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Re: English *there*
On Fri, 18 Jun 1999, John Cowan wrote:
> It seems from perusing the Kernu Grammar that English *there* is
> a tad archaic by the standards of *here*, which is not too surprising.
> In particular, "thou" and "thee" have been preserved, though their
> matching verb forms have been assimilated to the regular form:
> "thou were", "thou have", and presumably "thou are". The collapse
> of "ye" into "you" appears to be complete, however.
Well, as the Kernow are fond of saying, that puts me in the sack with the
cat and the badger. The above effect was (honestly) innocently and
unwittingly injected into the work. In other words, it wasn't necessarily
my intent to conlang *there's* English in the middle of another conlang.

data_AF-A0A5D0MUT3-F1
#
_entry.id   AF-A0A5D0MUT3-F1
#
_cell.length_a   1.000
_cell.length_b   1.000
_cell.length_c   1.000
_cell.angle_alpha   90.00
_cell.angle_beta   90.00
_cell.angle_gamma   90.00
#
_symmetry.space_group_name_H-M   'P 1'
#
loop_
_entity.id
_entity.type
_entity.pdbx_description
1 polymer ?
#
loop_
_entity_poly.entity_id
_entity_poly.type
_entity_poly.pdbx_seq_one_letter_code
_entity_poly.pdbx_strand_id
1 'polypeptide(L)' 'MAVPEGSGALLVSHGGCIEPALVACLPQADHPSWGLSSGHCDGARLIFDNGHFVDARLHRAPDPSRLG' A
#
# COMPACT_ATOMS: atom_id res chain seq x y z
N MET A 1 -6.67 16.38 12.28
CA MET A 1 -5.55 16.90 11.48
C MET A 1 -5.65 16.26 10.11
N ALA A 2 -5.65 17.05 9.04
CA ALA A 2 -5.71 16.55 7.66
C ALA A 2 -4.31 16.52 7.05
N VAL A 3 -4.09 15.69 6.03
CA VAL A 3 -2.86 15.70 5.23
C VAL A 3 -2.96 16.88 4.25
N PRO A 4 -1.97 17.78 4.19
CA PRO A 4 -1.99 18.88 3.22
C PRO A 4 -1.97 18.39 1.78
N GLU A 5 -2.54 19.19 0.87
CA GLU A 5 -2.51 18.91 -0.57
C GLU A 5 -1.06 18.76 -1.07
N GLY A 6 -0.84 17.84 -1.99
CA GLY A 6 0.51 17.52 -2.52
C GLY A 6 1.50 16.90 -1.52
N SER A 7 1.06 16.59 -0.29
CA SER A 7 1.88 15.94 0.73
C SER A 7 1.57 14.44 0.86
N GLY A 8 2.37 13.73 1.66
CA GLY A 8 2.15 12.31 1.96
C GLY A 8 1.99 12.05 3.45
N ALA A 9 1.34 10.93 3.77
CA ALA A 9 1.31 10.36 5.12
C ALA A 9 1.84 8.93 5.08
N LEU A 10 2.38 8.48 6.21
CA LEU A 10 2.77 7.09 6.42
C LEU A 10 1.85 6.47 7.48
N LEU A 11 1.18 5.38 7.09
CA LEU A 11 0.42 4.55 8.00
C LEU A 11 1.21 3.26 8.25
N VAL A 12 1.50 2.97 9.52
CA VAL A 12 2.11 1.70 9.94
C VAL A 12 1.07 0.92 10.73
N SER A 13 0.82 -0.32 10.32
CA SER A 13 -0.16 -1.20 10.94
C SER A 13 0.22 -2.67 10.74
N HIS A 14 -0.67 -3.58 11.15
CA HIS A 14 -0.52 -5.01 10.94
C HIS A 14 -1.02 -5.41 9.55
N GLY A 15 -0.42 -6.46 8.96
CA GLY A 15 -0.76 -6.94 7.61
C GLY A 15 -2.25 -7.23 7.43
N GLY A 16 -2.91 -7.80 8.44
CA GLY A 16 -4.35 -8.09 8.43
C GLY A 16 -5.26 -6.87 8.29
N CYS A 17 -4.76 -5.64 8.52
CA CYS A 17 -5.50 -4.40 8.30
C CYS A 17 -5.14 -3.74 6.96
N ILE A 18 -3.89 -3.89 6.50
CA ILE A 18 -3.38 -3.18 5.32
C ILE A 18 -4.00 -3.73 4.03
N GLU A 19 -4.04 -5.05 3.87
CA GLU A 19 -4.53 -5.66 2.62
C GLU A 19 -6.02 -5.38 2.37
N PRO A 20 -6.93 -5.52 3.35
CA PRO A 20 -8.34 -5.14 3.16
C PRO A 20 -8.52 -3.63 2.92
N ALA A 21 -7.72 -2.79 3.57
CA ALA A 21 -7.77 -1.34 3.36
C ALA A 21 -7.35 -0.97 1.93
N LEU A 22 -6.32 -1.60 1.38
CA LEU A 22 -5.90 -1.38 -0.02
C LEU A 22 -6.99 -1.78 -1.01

But I'll happily accept that *there's* English is a bit more archaic than
*here's*. When I write anything in an archaic style of English, that's
simply how I do it. I consider "thou hast" and "thou wert" to be a bit
stuffy. In other writings, I have vacillated somewhat between "thou have"
and "thou has", though.
> Anybody else noticed effects on the tongue of the Angles?
The Cumbrian variety is laced here and there with words borrowed from
Brithenig. "...Tyan charver ho sais: 'Wos fannen ye laddes then, eh?' An
tyether he sais: 'Weill, we're lowpen ower yon yat, laik.' 'Calles thou
yon a yat? I calles yon a lil wecket.' Or, thers nowt worse then callen a
chores yat "lil" or "wee". Sais Jocko, 'Or deek here, pal ...'" [Smith,
1966. "Folklore of England. Volume 5: Cumbria"]
> John Cowan http://www.ccil.org/~cowan firstname.lastname@example.org
> You tollerday donsk? N. You tolkatiff scowegian? Nn.
> You spigotty anglease? Nnn. You phonio saxo? Nnnn.
> Clear all so! 'Tis a Jute.... (Finnegans Wake 16.5)